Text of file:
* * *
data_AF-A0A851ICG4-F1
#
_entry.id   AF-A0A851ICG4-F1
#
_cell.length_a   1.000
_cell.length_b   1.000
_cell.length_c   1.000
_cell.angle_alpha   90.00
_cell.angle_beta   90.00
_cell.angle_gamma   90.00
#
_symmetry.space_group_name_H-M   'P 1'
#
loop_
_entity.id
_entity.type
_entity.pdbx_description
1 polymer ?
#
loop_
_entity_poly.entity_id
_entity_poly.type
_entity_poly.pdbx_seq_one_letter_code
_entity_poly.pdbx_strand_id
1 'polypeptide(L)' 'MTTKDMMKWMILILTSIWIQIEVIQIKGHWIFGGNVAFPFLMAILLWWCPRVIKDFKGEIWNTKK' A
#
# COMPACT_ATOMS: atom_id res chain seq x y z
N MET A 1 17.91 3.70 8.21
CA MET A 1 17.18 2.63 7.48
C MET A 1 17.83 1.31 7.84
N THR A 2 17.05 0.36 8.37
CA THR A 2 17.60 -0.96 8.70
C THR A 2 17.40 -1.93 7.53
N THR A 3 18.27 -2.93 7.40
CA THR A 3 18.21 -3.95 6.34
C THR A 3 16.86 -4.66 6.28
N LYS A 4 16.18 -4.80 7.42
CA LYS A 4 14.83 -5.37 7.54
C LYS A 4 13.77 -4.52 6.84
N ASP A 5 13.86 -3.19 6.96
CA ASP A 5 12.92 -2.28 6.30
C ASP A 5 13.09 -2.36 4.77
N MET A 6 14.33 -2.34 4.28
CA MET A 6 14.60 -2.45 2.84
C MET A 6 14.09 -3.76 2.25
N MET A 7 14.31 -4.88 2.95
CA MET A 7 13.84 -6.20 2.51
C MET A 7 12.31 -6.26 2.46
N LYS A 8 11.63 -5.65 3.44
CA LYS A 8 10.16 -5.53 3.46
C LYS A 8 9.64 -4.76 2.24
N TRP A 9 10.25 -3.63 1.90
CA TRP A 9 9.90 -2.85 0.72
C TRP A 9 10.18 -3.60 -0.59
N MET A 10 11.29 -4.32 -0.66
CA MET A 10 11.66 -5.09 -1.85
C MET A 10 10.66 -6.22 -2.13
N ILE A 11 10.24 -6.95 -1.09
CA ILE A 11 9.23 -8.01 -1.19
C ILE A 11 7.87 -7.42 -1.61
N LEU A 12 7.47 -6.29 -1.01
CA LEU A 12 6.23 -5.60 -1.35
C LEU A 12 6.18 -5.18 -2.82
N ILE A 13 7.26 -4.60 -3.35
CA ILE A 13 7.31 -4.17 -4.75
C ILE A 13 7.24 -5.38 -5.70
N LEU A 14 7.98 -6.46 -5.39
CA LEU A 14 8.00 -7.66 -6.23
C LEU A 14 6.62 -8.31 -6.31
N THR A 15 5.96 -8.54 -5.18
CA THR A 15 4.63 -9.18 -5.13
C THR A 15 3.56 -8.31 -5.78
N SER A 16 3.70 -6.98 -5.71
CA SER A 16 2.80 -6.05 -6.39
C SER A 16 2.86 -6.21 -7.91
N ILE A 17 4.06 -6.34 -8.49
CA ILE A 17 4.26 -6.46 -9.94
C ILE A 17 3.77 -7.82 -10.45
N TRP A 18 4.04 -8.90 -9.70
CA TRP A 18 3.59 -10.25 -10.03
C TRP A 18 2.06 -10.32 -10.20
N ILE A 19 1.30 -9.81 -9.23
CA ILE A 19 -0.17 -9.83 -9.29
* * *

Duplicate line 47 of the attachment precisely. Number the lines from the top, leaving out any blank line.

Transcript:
CA MET A 7 13.84 -6.20 2.51